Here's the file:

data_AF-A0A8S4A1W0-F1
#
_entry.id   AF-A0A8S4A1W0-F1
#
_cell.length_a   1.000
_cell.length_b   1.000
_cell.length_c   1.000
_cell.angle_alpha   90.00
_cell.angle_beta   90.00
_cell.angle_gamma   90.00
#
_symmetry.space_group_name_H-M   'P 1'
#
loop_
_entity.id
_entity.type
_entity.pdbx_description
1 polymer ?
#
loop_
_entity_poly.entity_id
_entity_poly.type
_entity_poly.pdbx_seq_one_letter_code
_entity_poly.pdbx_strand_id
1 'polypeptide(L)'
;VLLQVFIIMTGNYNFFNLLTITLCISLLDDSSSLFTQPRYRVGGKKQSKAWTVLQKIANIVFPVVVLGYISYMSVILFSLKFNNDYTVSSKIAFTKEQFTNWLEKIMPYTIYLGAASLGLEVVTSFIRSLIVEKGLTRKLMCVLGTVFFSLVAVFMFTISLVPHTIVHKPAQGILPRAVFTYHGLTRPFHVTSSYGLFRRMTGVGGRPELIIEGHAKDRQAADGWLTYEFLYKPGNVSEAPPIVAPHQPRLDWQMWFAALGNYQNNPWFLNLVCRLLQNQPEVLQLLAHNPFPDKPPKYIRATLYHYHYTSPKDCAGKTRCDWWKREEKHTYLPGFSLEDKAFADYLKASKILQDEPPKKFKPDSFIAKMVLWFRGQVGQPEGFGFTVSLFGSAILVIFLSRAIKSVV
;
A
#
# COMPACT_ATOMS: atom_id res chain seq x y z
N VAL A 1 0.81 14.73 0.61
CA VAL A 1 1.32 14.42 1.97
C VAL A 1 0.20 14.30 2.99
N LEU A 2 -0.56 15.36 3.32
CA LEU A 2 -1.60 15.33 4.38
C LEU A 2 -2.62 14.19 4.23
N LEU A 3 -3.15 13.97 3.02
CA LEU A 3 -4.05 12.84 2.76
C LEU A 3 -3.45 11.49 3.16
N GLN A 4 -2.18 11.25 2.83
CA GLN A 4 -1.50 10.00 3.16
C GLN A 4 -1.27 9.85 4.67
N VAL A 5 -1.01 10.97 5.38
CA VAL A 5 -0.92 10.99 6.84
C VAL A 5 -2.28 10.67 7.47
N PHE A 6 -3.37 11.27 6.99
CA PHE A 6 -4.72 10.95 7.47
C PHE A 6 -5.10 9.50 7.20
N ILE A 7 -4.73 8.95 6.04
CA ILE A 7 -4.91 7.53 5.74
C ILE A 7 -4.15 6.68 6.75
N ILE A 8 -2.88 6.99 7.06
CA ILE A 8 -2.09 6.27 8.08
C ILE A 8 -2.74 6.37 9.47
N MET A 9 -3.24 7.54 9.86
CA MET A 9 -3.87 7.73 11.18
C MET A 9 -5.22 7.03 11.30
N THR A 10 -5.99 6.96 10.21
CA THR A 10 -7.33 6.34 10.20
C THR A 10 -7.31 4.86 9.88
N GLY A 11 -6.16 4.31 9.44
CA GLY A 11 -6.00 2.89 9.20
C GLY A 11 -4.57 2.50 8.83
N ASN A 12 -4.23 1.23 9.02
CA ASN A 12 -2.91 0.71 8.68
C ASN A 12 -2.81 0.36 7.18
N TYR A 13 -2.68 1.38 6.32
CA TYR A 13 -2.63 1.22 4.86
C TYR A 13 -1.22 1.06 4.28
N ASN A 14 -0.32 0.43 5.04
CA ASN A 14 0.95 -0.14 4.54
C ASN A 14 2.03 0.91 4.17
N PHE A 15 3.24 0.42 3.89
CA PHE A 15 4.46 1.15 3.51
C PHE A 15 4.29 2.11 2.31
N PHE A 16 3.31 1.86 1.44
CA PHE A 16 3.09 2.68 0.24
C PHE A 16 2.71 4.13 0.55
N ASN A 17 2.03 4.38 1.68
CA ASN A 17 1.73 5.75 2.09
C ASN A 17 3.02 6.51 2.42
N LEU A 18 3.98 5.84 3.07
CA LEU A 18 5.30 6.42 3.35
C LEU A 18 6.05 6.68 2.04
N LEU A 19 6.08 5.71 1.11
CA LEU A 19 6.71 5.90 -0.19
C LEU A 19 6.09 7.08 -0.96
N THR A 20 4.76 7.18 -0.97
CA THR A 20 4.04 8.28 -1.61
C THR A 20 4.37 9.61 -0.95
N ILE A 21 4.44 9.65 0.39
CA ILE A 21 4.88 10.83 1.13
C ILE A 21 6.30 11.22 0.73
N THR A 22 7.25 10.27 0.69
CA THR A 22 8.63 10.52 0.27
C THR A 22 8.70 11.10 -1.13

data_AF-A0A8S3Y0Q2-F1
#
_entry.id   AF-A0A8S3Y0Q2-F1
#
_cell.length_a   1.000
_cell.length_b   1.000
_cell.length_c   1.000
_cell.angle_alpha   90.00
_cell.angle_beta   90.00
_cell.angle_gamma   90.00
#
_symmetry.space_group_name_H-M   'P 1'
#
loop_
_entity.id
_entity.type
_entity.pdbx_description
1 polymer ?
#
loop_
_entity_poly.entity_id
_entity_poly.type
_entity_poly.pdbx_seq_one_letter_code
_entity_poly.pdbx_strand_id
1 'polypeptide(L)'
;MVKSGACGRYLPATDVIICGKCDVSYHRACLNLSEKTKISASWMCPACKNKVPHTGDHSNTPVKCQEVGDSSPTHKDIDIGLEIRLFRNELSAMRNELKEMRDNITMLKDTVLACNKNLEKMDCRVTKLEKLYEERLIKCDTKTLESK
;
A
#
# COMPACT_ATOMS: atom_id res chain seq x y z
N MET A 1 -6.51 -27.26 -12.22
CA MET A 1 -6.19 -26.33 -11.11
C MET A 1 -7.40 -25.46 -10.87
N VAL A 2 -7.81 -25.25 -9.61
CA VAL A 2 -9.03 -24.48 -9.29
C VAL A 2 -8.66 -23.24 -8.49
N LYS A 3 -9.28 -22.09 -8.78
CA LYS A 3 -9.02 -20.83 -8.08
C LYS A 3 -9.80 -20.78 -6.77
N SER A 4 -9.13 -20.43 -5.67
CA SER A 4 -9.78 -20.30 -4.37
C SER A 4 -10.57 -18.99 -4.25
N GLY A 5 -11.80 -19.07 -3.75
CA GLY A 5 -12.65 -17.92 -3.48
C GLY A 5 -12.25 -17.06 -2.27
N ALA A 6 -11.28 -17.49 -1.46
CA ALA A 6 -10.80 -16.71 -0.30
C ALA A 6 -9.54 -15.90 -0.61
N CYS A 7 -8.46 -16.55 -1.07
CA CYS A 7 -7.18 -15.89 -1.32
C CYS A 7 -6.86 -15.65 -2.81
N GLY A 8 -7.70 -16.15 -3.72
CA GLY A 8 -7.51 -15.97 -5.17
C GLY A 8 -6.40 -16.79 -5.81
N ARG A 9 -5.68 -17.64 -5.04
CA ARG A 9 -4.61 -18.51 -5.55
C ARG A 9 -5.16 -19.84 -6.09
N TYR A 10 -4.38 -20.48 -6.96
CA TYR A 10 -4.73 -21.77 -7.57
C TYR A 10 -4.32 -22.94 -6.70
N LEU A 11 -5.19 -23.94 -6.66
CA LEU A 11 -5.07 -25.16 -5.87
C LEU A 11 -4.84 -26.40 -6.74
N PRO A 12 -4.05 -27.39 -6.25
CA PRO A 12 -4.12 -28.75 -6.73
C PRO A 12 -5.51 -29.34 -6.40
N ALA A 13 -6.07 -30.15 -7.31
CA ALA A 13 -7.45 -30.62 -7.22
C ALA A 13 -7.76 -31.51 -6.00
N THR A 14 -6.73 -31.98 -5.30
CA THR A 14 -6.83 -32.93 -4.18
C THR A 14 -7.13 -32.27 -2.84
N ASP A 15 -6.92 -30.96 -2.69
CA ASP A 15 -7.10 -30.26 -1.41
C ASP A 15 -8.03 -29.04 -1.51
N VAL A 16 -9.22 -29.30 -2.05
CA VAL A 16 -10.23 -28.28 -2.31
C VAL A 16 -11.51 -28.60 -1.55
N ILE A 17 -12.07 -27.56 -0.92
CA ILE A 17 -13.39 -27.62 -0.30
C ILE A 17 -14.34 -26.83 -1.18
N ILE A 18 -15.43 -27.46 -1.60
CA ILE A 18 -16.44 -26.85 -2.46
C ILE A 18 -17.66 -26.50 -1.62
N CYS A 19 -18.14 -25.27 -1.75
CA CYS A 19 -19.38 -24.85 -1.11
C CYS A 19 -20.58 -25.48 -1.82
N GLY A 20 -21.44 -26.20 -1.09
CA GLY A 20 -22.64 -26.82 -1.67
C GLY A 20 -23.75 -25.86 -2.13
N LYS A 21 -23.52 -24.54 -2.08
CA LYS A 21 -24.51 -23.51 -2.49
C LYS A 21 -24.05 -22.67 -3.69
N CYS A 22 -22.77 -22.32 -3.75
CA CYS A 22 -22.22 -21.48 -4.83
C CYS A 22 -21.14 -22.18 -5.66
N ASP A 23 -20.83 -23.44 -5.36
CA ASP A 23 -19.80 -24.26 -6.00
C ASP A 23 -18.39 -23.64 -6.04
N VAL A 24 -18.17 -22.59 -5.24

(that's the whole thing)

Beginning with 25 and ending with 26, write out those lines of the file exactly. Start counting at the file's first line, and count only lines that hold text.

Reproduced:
1 'polypeptide(L)'
;VLLQVFIIMTGNYNFFNLLTITLCISLLDDSSSLFTQPRYRVGGKKQSKAWTVLQKIANIVFPVVVLGYISYMSVILFSLKFNNDYTVSSKIAFTKEQFTNWLEKIMPYTIYLGAASLGLEVVTSFIRSLIVEKGLTRKLMCVLGTVFFSLVAVFMFTISLVPHTIVHKPAQGILPRAVFTYHGLTRPFHVTSSYGLFRRMTGVGGRPELIIEGHAKDRQAADGWLTYEFLYKPGNVSEAPPIVAPHQPRLDWQMWFAALGNYQNNPWFLNLVCRLLQNQPEVLQLLAHNPFPDKPPKYIRATLYHYHYTSPKDCAGKTRCDWWKREEKHTYLPGFSLEDKAFADYLKASKILQDEPPKKFKPDSFIAKMVLWFRGQVGQPEGFGFTVSLFGSAILVIFLSRAIKSVV